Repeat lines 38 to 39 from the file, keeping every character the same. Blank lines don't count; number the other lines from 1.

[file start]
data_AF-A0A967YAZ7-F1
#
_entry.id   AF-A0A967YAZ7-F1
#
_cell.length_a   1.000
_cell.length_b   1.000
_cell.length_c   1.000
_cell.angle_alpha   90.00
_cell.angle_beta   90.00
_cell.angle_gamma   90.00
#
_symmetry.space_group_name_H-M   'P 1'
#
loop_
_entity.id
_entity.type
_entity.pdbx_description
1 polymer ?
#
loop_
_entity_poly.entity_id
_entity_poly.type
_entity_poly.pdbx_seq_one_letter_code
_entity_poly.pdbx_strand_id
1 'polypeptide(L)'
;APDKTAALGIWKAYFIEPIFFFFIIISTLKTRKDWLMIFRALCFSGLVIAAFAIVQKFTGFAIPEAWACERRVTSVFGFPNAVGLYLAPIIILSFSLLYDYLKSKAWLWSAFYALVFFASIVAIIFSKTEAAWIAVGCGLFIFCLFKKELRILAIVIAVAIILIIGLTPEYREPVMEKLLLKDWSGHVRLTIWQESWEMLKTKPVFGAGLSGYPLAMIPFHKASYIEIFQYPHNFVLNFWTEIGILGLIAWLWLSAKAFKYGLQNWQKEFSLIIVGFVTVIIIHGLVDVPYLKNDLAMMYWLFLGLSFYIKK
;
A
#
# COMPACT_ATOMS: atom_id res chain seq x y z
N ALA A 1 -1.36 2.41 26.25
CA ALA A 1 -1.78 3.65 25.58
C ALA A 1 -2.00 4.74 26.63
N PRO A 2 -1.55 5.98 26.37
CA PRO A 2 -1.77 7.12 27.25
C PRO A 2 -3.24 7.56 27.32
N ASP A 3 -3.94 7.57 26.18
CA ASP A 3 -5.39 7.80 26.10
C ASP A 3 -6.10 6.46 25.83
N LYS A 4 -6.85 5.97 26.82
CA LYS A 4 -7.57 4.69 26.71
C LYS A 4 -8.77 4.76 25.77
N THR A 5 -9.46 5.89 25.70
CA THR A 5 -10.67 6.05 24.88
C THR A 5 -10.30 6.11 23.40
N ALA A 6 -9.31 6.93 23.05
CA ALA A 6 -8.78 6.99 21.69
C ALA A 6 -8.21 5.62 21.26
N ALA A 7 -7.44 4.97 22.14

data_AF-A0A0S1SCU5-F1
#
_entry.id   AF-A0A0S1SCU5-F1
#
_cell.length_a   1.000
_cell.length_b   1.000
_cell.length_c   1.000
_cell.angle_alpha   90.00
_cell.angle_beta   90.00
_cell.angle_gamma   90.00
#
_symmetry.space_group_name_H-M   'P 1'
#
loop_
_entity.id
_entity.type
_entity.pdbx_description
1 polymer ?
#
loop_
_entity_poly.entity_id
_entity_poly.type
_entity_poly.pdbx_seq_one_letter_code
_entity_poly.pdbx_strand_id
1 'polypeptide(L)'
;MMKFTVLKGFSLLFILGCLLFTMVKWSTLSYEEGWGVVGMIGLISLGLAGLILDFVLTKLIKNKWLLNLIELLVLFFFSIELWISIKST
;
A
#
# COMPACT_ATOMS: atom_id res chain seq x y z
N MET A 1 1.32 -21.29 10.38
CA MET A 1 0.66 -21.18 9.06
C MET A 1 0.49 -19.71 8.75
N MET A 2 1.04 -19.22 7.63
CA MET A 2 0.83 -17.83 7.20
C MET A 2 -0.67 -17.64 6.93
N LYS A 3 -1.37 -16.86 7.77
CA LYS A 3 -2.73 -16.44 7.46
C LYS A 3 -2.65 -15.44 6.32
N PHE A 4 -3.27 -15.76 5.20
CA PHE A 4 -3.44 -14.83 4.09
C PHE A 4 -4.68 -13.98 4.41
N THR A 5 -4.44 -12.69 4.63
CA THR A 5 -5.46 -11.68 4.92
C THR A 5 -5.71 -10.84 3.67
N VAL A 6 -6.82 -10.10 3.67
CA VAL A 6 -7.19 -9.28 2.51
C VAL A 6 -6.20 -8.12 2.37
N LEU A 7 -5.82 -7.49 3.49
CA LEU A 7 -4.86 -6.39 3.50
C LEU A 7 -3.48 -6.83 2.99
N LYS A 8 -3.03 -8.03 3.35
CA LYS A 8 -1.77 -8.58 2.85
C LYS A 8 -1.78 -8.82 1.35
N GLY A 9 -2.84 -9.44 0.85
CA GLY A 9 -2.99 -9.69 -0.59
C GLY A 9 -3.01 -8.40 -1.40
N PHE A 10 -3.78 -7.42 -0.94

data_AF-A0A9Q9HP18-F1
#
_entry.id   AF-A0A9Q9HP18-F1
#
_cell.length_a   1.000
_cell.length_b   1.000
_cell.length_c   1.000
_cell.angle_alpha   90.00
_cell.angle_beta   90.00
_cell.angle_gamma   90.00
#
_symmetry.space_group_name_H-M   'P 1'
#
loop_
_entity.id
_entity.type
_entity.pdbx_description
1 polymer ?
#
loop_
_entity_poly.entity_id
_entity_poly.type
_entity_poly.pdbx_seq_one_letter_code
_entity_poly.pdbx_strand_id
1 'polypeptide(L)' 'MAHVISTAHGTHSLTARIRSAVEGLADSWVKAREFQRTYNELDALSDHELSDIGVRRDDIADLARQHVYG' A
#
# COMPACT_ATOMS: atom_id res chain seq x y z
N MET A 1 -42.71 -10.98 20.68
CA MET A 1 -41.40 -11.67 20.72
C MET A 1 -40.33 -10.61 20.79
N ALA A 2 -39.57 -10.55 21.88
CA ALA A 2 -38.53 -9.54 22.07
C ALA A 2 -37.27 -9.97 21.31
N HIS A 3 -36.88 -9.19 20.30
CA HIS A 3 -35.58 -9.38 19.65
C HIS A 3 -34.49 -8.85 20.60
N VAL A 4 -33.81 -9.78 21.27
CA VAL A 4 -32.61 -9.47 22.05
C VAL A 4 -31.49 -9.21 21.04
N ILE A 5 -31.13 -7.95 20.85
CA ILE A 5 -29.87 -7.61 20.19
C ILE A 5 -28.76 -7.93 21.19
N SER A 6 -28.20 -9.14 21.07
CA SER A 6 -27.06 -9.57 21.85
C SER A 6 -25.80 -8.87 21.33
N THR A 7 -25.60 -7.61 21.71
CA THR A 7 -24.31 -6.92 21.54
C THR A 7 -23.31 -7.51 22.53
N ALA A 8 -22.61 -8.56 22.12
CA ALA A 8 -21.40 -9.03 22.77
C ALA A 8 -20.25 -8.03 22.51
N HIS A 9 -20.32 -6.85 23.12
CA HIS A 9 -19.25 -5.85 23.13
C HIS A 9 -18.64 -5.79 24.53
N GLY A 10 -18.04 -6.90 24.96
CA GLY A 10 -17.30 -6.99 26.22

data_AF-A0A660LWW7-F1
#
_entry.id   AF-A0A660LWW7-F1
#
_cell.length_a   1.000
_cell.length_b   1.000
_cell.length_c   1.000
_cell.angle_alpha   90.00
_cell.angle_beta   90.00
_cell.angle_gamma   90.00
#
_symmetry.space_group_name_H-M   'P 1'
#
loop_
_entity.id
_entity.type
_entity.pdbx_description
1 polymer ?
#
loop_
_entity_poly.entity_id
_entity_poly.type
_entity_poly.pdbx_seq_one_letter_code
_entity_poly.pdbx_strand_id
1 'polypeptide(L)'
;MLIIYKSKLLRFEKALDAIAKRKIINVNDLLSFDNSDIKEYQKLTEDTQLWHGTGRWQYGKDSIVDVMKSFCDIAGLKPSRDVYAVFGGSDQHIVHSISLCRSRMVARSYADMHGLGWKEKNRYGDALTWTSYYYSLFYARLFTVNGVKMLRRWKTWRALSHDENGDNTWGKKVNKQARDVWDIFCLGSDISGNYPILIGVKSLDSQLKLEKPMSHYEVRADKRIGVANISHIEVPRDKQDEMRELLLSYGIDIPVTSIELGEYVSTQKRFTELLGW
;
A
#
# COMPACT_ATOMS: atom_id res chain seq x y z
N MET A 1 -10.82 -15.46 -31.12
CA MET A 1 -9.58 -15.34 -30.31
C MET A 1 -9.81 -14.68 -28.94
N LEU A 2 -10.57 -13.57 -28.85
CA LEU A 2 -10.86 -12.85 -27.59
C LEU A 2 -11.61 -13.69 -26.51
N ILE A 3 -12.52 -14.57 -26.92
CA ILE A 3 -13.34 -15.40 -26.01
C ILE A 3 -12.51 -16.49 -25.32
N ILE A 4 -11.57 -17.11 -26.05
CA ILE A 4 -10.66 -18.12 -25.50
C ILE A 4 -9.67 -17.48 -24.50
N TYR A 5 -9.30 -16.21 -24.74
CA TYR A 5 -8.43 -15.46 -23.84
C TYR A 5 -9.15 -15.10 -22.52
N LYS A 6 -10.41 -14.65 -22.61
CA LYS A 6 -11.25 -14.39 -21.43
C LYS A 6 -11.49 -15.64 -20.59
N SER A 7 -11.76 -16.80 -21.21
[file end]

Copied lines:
CA ASP A 3 -5.39 7.80 26.10
C ASP A 3 -6.10 6.46 25.83